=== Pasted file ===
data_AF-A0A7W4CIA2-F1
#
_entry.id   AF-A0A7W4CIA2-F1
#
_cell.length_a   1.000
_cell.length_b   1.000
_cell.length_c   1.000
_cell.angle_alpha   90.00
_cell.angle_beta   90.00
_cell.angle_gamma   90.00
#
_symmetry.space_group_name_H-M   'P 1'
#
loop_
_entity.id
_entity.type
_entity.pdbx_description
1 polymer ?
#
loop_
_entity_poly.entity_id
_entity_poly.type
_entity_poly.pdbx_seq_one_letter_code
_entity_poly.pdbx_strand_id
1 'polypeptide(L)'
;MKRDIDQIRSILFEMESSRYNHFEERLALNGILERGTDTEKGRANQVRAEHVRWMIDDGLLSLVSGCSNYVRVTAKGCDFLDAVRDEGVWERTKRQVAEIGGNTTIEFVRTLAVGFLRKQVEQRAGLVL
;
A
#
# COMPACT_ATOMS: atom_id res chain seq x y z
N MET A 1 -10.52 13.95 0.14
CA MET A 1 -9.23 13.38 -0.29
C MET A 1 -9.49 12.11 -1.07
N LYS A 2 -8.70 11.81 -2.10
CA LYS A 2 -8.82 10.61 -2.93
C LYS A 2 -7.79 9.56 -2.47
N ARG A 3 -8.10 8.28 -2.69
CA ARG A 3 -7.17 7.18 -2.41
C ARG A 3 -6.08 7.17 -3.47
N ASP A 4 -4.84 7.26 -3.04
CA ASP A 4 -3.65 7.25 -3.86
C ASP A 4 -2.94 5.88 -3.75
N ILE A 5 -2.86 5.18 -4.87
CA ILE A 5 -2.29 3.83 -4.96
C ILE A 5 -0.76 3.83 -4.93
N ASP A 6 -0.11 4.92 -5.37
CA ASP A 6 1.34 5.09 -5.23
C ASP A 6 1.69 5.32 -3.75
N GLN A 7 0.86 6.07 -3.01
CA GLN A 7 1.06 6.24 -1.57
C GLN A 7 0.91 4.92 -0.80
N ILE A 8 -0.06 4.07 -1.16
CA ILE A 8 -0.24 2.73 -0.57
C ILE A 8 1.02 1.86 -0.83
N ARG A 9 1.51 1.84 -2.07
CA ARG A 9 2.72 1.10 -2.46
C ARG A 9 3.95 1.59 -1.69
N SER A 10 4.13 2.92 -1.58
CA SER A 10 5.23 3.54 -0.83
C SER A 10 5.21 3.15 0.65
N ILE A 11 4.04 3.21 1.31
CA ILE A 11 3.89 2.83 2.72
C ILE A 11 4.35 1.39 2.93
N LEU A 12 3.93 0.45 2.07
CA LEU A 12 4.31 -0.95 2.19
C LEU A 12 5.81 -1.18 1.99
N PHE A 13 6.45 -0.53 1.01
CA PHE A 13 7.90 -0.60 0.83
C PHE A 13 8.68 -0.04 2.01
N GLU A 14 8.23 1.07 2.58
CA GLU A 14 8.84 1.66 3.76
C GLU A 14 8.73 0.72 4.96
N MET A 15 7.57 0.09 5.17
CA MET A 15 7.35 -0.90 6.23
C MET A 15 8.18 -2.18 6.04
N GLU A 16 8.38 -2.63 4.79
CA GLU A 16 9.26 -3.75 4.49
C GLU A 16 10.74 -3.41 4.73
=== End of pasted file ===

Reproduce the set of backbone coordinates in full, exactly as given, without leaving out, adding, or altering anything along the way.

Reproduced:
data_AF-A0A7W4CIA2-F1
#
_entry.id   AF-A0A7W4CIA2-F1
#
_cell.length_a   1.000
_cell.length_b   1.000
_cell.length_c   1.000
_cell.angle_alpha   90.00
_cell.angle_beta   90.00
_cell.angle_gamma   90.00
#
_symmetry.space_group_name_H-M   'P 1'
#
loop_
_entity.id
_entity.type
_entity.pdbx_description
1 polymer ?
#
loop_
_entity_poly.entity_id
_entity_poly.type
_entity_poly.pdbx_seq_one_letter_code
_entity_poly.pdbx_strand_id
1 'polypeptide(L)'
;MKRDIDQIRSILFEMESSRYNHFEERLALNGILERGTDTEKGRANQVRAEHVRWMIDDGLLSLVSGCSNYVRVTAKGCDFLDAVRDEGVWERTKRQVAEIGGNTTIEFVRTLAVGFLRKQVEQRAGLVL
;
A
#
# COMPACT_ATOMS: atom_id res chain seq x y z
N MET A 1 -10.52 13.95 0.14
CA MET A 1 -9.23 13.38 -0.29
C MET A 1 -9.49 12.11 -1.07
N LYS A 2 -8.70 11.81 -2.10
CA LYS A 2 -8.82 10.61 -2.93
C LYS A 2 -7.79 9.56 -2.47
N ARG A 3 -8.10 8.28 -2.69
CA ARG A 3 -7.17 7.18 -2.41
C ARG A 3 -6.08 7.17 -3.47
N ASP A 4 -4.84 7.26 -3.04
CA ASP A 4 -3.65 7.25 -3.86
C ASP A 4 -2.94 5.88 -3.75
N ILE A 5 -2.86 5.18 -4.87
CA ILE A 5 -2.29 3.83 -4.96
C ILE A 5 -0.76 3.83 -4.93
N ASP A 6 -0.11 4.92 -5.37
CA ASP A 6 1.34 5.09 -5.23
C ASP A 6 1.69 5.32 -3.75
N GLN A 7 0.86 6.07 -3.01
CA GLN A 7 1.06 6.24 -1.57
C GLN A 7 0.91 4.92 -0.80
N ILE A 8 -0.06 4.07 -1.16
CA ILE A 8 -0.24 2.73 -0.57
C ILE A 8 1.02 1.86 -0.83
N ARG A 9 1.51 1.84 -2.07
CA ARG A 9 2.72 1.10 -2.46
C ARG A 9 3.95 1.59 -1.69
N SER A 10 4.13 2.92 -1.58
CA SER A 10 5.23 3.54 -0.83
C SER A 10 5.21 3.15 0.65
N ILE A 11 4.04 3.21 1.31
CA ILE A 11 3.89 2.83 2.72
C ILE A 11 4.35 1.39 2.93
N LEU A 12 3.93 0.45 2.07
CA LEU A 12 4.31 -0.95 2.19
C LEU A 12 5.81 -1.18 1.99
N PHE A 13 6.45 -0.53 1.01
CA PHE A 13 7.90 -0.60 0.83
C PHE A 13 8.68 -0.04 2.01
N GLU A 14 8.23 1.07 2.58
CA GLU A 14 8.84 1.66 3.76
C GLU A 14 8.73 0.72 4.96
N MET A 15 7.57 0.09 5.17
CA MET A 15 7.35 -0.90 6.23
C MET A 15 8.18 -2.18 6.04
N GLU A 16 8.38 -2.63 4.79
CA GLU A 16 9.26 -3.75 4.49
C GLU A 16 10.74 -3.41 4.73